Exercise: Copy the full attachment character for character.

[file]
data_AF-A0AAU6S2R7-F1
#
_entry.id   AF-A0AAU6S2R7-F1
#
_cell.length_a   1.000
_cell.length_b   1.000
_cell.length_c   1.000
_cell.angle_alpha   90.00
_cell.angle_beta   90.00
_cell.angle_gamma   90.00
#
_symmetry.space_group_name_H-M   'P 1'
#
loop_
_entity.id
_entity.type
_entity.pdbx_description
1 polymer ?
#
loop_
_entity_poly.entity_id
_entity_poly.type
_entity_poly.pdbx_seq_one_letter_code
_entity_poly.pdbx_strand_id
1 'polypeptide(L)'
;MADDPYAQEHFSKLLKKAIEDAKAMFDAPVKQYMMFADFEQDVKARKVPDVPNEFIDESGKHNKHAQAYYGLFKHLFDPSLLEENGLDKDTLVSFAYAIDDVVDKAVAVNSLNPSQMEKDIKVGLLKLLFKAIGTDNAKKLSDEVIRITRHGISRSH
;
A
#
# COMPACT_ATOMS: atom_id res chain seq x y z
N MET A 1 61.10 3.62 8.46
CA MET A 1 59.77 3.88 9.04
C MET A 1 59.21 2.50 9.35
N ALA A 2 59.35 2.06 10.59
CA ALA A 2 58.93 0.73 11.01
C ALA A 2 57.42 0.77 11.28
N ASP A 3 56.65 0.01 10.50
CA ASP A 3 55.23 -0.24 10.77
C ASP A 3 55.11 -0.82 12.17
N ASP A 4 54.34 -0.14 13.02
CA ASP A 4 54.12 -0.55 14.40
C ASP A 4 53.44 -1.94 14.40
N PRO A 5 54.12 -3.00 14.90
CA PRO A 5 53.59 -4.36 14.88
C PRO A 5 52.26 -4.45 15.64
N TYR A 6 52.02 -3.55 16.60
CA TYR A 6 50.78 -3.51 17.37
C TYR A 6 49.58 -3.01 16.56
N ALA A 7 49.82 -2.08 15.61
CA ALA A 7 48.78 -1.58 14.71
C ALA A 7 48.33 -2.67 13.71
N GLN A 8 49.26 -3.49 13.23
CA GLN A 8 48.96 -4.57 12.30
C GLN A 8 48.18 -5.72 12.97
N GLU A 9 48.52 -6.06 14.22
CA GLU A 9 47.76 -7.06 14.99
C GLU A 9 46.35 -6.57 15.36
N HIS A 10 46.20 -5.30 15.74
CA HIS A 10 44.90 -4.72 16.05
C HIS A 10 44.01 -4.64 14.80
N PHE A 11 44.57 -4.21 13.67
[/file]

data_AF-A0AAU6S2R7-F1
#
_entry.id   AF-A0AAU6S2R7-F1
#
_cell.length_a   1.000
_cell.length_b   1.000
_cell.length_c   1.000
_cell.angle_alpha   90.00
_cell.angle_beta   90.00
_cell.angle_gamma   90.00
#
_symmetry.space_group_name_H-M   'P 1'
#
loop_
_entity.id
_entity.type
_entity.pdbx_description
1 polymer ?
#
loop_
_entity_poly.entity_id
_entity_poly.type
_entity_poly.pdbx_seq_one_letter_code
_entity_poly.pdbx_strand_id
1 'polypeptide(L)'
;MADDPYAQEHFSKLLKKAIEDAKAMFDAPVKQYMMFADFEQDVKARKVPDVPNEFIDESGKHNKHAQAYYGLFKHLFDPSLLEENGLDKDTLVSFAYAIDDVVDKAVAVNSLNPSQMEKDIKVGLLKLLFKAIGTDNAKKLSDEVIRITRHGISRSH
;
A
#
# COMPACT_ATOMS: atom_id res chain seq x y z
N MET A 1 61.10 3.62 8.46
CA MET A 1 59.77 3.88 9.04
C MET A 1 59.21 2.50 9.35
N ALA A 2 59.35 2.06 10.59
CA ALA A 2 58.93 0.73 11.01
C ALA A 2 57.42 0.77 11.28
N ASP A 3 56.65 0.01 10.50
CA ASP A 3 55.23 -0.24 10.77
C ASP A 3 55.11 -0.82 12.17
N ASP A 4 54.34 -0.14 13.02
CA ASP A 4 54.12 -0.55 14.40
C ASP A 4 53.44 -1.94 14.40
N PRO A 5 54.12 -3.00 14.90
CA PRO A 5 53.59 -4.36 14.88
C PRO A 5 52.26 -4.45 15.64
N TYR A 6 52.02 -3.55 16.60
CA TYR A 6 50.78 -3.51 17.37
C TYR A 6 49.58 -3.01 16.56
N ALA A 7 49.82 -2.08 15.61
CA ALA A 7 48.78 -1.58 14.71
C ALA A 7 48.33 -2.67 13.71
N GLN A 8 49.26 -3.49 13.23
CA GLN A 8 48.96 -4.57 12.30
C GLN A 8 48.18 -5.72 12.97
N GLU A 9 48.52 -6.06 14.22
CA GLU A 9 47.76 -7.06 14.99
C GLU A 9 46.35 -6.57 15.36
N HIS A 10 46.20 -5.30 15.74
CA HIS A 10 44.90 -4.72 16.05
C HIS A 10 44.01 -4.64 14.80
N PHE A 11 44.57 -4.21 13.67